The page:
Monday, 13 August 2012

Review: THE FOUR 四大名捕 (2012)


On paper, THE FOUR sounds too good to give this a miss -- it's a martial-art movie that combined wuxia genre and superhero movie in the vein of X-MEN, FANTASTIC FOUR and THE AVENGERS. Besides that, the movie is adapted from a series of popular novels by Wong Swee Oan, which has been previously made into numerous TV drama series in Hong Kong, Taiwan and China. With a seemingly solid Pan-Asian cast in the mix, THE FOUR looks set to be an especially crucial return-to-form by director Gordon Chan, who has been heavily inconsistent in his career these days (*cough* 2008's PAINTED SKIN *cough*). Unfortunately a solid concept alone isn't enough to justify this as a worthwhile entertainment if the execution is awfully poor. As one of the highly-anticipated Chinese movies of the year, it's sad to announce that THE FOUR is a huge disappointment.

Sunday, 12 August 2012

Review: THE BOURNE LEGACY (2012)

RATING: 2.5/5

When director Paul Greengrass and lead actor Matt Damon decided to quit the BOURNE franchise after their back-to-back successful collaboration in 2004's THE BOURNE SUPREMACY and 2007's THE BOURNE ULTIMATUM, Universal is struggling to continue the lucrative franchise with a fourth installment. And instead of replacing new actor to play Jason Bourne, screenwriter or more appropriately, "the narrative architect" of the BOURNE trilogy, Tony Gilroy, comes up with a different idea by introducing new character and creates a spin-off that would somehow ties back to Jason Bourne. I have to admit it's a risky approach to proceed with the fourth installment without Matt Damon as Jason Bourne (unless if you count his "appearance" in the news footage, photographs, and his name being mentioned). But try hard as Tony Gilroy might, THE BOURNE LEGACY is unfortunately a lackluster espionage thriller that doesn't comes close to the sheer urgency of the BOURNE trilogy did successfully before.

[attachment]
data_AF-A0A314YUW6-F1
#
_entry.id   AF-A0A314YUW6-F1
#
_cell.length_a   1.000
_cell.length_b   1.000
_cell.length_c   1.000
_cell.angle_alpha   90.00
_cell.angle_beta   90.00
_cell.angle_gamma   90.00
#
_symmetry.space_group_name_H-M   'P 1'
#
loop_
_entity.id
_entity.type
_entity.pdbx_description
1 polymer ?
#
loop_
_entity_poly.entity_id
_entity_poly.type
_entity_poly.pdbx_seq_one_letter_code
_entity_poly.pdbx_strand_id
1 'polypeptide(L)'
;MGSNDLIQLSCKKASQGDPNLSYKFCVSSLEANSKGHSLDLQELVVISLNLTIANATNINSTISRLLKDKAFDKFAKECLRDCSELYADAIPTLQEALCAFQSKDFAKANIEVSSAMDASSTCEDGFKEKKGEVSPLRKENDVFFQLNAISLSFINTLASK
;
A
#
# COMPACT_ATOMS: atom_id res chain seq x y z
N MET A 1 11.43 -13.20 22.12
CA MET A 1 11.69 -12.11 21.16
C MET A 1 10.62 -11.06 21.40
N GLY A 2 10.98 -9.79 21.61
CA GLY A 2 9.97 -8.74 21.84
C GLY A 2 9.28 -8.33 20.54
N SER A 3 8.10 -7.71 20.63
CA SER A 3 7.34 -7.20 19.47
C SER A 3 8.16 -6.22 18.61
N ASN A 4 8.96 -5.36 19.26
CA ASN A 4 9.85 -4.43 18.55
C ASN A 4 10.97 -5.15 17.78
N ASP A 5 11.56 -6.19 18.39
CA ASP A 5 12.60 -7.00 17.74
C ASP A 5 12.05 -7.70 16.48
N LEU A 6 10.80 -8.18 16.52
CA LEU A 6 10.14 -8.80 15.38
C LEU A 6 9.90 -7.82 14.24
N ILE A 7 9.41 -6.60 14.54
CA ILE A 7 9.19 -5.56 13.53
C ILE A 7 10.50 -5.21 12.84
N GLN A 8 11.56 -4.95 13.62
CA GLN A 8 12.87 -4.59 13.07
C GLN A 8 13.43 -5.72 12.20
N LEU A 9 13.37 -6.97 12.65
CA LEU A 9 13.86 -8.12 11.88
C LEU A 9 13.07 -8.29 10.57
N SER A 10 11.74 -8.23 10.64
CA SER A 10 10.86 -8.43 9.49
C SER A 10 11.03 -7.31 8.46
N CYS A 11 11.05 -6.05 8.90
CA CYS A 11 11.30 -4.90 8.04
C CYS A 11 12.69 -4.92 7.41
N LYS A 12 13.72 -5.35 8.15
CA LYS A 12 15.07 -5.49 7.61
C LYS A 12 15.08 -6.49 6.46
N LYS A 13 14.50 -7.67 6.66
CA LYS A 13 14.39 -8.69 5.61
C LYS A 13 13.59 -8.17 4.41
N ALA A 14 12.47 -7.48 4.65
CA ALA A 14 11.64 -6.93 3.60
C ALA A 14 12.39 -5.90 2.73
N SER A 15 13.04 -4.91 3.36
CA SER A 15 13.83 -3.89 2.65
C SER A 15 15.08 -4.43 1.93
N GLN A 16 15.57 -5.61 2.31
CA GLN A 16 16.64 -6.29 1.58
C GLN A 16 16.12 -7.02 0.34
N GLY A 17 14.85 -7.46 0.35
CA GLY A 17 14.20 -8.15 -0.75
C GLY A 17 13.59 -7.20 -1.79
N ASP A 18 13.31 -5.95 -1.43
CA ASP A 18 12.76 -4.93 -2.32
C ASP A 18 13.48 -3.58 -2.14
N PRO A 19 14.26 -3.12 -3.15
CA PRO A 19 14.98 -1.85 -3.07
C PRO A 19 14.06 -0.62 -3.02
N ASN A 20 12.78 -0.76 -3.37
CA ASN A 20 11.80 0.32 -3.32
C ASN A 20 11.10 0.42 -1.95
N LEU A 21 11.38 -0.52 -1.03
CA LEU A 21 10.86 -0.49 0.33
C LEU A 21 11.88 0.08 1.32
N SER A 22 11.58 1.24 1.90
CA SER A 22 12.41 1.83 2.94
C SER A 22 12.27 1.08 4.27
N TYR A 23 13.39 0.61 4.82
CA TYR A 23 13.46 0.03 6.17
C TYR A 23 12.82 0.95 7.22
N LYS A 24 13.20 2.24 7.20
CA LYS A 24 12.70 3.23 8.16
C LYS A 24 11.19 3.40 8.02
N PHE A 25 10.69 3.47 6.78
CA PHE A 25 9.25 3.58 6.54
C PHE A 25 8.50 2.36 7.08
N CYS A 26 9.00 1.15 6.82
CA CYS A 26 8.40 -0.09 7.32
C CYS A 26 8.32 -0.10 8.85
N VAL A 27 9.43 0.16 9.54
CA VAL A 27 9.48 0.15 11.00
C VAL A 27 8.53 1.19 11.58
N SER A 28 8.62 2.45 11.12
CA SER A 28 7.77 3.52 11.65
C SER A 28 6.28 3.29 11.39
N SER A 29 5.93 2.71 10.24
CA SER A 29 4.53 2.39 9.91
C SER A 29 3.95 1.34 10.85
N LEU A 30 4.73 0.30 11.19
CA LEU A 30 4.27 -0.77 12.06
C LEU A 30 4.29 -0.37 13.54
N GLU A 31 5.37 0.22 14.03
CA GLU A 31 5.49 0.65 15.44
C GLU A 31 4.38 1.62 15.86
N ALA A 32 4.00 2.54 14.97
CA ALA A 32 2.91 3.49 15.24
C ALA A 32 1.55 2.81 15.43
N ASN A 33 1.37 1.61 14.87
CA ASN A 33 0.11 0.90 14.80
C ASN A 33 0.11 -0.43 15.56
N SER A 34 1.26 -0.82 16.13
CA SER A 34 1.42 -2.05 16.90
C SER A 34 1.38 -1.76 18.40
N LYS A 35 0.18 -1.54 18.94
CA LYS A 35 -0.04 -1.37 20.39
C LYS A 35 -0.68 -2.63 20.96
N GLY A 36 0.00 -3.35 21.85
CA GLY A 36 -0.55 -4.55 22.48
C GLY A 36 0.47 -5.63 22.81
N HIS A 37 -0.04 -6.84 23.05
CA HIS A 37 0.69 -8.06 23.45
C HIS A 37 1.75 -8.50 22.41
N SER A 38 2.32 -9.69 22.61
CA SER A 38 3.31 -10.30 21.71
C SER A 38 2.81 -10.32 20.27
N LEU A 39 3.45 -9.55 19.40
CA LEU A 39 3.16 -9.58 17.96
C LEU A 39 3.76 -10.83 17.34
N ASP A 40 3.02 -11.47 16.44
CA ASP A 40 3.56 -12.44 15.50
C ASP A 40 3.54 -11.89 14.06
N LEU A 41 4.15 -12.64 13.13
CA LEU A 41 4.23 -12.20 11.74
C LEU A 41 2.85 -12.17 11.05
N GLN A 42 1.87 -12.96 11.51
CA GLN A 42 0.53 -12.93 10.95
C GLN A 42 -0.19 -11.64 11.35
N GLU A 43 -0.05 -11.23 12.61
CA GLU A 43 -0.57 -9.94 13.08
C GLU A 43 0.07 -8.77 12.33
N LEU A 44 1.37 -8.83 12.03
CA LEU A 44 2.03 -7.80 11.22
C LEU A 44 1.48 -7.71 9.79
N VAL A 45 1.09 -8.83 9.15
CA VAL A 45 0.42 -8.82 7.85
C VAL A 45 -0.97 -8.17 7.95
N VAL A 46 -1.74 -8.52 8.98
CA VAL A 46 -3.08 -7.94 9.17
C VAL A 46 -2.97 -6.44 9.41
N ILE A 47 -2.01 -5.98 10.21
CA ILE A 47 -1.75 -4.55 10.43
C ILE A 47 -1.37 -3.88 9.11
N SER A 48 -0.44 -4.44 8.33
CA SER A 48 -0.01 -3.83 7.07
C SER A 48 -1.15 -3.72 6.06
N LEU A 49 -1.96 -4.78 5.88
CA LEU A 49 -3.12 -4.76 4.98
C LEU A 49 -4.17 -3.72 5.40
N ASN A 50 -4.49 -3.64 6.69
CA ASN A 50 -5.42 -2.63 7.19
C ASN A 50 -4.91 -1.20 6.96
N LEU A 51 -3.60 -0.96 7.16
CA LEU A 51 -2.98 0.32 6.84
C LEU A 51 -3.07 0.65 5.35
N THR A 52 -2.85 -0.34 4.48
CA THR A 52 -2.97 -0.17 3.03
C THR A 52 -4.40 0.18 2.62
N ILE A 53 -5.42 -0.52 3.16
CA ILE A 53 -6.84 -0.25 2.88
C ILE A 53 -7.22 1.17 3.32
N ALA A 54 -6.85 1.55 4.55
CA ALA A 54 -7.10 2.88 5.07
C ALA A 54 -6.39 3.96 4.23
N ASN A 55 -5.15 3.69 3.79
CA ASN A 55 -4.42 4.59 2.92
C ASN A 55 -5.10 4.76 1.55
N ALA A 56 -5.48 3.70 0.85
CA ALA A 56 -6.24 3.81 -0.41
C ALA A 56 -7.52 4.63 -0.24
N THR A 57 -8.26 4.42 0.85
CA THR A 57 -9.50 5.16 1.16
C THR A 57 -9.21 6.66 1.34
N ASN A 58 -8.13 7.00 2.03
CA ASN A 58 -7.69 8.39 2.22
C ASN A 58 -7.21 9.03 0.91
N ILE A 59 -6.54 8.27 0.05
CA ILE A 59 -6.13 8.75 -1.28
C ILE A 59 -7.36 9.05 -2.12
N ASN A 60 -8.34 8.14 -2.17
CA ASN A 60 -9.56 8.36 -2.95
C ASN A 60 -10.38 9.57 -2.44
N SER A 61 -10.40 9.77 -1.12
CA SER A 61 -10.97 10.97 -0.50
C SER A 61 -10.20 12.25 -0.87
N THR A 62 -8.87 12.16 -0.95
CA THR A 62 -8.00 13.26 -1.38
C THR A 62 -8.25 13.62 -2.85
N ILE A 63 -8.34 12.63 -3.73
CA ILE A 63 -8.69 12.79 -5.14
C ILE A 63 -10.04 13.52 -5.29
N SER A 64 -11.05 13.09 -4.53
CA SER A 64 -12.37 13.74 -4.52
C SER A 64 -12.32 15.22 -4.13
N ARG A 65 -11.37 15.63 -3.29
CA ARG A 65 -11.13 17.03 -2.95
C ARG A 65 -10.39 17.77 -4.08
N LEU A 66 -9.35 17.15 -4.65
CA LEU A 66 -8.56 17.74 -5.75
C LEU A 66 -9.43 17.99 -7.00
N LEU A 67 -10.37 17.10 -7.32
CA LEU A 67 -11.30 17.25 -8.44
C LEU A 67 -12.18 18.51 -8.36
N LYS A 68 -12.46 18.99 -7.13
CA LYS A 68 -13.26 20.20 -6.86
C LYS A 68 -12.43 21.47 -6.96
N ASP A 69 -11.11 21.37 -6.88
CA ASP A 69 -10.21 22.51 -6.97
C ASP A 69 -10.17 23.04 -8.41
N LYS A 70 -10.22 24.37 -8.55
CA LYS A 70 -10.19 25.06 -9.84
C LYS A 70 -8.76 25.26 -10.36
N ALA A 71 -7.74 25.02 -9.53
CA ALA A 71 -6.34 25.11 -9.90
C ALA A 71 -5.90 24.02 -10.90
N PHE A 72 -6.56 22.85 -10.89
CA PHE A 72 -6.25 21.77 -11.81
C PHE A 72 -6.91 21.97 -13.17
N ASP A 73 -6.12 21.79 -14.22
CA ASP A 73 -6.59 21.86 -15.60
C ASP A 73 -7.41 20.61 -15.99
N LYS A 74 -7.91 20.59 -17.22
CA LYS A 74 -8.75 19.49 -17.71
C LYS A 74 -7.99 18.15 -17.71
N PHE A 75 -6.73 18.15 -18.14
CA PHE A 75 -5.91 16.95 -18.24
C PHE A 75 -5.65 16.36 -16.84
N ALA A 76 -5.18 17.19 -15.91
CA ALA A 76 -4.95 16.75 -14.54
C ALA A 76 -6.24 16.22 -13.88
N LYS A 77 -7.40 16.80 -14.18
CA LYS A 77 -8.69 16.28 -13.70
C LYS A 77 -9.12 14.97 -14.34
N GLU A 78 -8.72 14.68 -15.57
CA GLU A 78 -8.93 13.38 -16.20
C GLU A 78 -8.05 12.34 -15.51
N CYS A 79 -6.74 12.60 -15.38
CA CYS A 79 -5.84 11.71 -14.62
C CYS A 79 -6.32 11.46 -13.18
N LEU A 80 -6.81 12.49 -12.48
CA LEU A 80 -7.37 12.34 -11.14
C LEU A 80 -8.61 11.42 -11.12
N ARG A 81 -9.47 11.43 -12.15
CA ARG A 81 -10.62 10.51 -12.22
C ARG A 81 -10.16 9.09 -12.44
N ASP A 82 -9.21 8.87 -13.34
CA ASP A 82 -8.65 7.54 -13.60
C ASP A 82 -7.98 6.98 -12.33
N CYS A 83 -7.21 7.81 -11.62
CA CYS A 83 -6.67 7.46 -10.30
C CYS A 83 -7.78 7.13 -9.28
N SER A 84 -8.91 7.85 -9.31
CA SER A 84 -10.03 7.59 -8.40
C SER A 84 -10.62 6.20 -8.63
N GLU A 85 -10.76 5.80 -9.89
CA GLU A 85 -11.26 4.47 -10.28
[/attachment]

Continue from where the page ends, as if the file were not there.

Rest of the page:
Wednesday, 8 August 2012



Rarely in the case of Hollywood blockbuster that "more of the same thing" or better yet, a deja vu experience are capable to be equally entertaining from both point of view. I'm talking about Robert Ludlum's highly-successful espionage thriller that deals with amnesiac ex-spy Jason Bourne, in which Doug Liman's THE BOURNE IDENTITY (2002) raked in $121 million in the box-office, and Paul Greengrass's sequel, THE BOURNE SUPREMACY upstaged the original with an impressive $176 million in the box-office.